Domestic Violence

Domestic violence can happen to anyone of any race, age, sexual orientation, religion, gender, socioeconomic backgrounds and education levels. It can happen to individuals who are living together, married, or who are dating.

It’s not always easy to tell at the beginning of a relationship if it will become abusive. In fact, many abusive partners may seem absolutely perfect in the early stages of a relationship. Possessive and controlling behaviors don’t always appear overnight, but rather emerge and intensify as the relationship grows.

Domestic violence doesn’t look the same in every relationship because every relationship is different. But one thing most abusive relationships have in common is that the abusive partner does many different kinds of things to have more power and control over their partners.

Here are some behaviors to look out for:

You may be experiencing physical abuse if your partner:

  • Pulls your hair, punches, slaps, kicks, bites or chokes you
  • Forbids you from eating or sleeping
  • Hurts or intimidates you with weapons
  • Prevents you from calling the police or seeking medical attention
  • Harms your children or pets
  • Abandons you in unfamiliar places
  • Drives recklessly or dangerously when you are in the car with them
  • Destroys your property
  • Pressures or forces you to have sex
  • Forces you to use drugs or alcohol (especially if you’ve had a substance abuse problem in the past)

You may be experiencing emotional/mental abuse if your partner:

  • Calls you names, insults you or continually criticizes you
  • Refuses to trust you and acts jealous or possessive
  • Tries to isolate you from family or friends
  • Monitors where you go, who you call and who you spend time with
  • Demands to know where you are every minute
  • Traps you in your home or prevents you from leaving
  • Punishes you by withholding affection
  • Threatens to hurt you, the children, your family or your pets
  • Humiliates you in any way
  • Blames you for the abuse
  • Accuses you of cheating or is often jealous of your outside relationships
  • Attempts to control your appearance: what you wear, how much/little makeup you wear, etc.
  • Tells you that you will never find anyone better, or that you are lucky to be with a person like them

You may be experiencing sexual abuse or coercion if your partner:

  • Forces you to dress in a sexual way
  • Pressures, forces or manipulates you into to having sex or performing sexual acts
  • Holds you down during sex
  • Demands sex when you’re sick, tired or after hurting you
  • Hurts you with weapons or objects during sex
  • Involves other people in sexual activities with you against your will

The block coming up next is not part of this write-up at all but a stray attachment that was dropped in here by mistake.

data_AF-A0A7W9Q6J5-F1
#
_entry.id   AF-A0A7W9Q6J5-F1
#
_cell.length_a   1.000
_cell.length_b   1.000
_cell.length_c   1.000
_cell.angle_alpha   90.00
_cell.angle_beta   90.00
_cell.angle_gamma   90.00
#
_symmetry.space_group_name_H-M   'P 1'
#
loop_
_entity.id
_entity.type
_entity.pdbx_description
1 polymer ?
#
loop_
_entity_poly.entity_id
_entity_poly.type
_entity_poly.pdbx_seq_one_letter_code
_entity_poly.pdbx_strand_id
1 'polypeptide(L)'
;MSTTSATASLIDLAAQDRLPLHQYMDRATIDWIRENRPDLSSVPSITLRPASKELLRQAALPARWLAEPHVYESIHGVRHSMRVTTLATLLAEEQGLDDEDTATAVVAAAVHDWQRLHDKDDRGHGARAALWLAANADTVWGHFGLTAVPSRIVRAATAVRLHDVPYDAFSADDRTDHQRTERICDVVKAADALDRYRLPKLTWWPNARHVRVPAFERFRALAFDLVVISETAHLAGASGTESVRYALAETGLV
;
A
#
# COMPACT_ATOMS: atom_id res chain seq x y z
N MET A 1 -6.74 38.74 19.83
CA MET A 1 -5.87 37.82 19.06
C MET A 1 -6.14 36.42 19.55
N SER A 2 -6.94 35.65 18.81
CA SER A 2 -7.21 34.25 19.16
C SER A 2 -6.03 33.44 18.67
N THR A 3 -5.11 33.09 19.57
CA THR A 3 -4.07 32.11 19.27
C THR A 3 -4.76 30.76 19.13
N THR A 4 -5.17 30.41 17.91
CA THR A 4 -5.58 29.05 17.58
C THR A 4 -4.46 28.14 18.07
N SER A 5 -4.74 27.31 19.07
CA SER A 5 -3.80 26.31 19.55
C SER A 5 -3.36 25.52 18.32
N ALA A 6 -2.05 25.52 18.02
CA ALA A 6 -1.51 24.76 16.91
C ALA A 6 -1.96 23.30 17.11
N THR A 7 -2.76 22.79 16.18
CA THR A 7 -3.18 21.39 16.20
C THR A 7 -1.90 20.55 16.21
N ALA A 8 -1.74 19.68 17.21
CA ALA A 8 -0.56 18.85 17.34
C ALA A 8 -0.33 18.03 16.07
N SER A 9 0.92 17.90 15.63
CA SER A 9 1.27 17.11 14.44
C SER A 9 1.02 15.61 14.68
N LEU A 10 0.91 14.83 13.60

• Ignoring your feelings regarding sex
  • Purposely tries to pass on a sexually transmitted disease to you
  • Makes you feel like you owe them sex
  • Gives you drugs and alcohol to “loosen up” your inhibitions
  • Refuses to use birth control methods (refuses to wear a condom, pull out, or not letting you use birth control)
  • Sabotages birth control methods (poking holes in condoms, tampering with pills or flushing them down the toilet)
  • Forces pregnancy or refuses to support your decision about when or if you want to have a child
  • Forces you to get an abortion or prevents you from getting one

You may be experiencing economic or financial abuse if your partner:

  • Gives an allowance and closely watches how you spend it or demands receipts for purchases
  • Places your paycheck in their bank account and denies you access to it
  • Prevents you from viewing or having access to bank accounts
  • Forbids you to work or limits the hours that you can work
  • Maxes out credit cards in your name without permission or not paying the bills on credit cards, which could ruin your credit score
  • Steals money from you or your family and friends
  • Uses funds from children’s savings accounts without your permission
  • Lives in your home but refuses to work or contribute to the household
  • Makes you give them your tax returns or confiscates joint tax returns
  • Refuses to give you money to pay for necessities/shared expenses like food, clothing, transportation, or medical care and medicine

You may be experiencing digital abuse if your partner:

  • Tells you who you can or can’t be friends with on Facebook and other sites.
  • Sends you negative, insulting or even threatening emails, Facebook messages, tweets, DMs or other messages online.
  • Uses sites like Facebook, Twitter, and others to keep constant tabs on you.
  • Puts you down in their status updates.
  • Sends you unwanted, explicit pictures and demands you send some in return.
  • Steals or insists to be given your passwords.
  • Constantly texts you and makes you feel like you can’t be separated from your phone for fear that you will be punished.
  • Looks through your phone frequently, checks up on your pictures, texts and outgoing calls.
  • Tags you unkindly in pictures on Instagram, Tumblr, etc.

For more information, visit the National Coalition Against Domestic Violence at or the National Network to End Domestic Violence at

For local resources and support, call our crisis helpline at 989-755-0411 or toll-free at 888-399-8385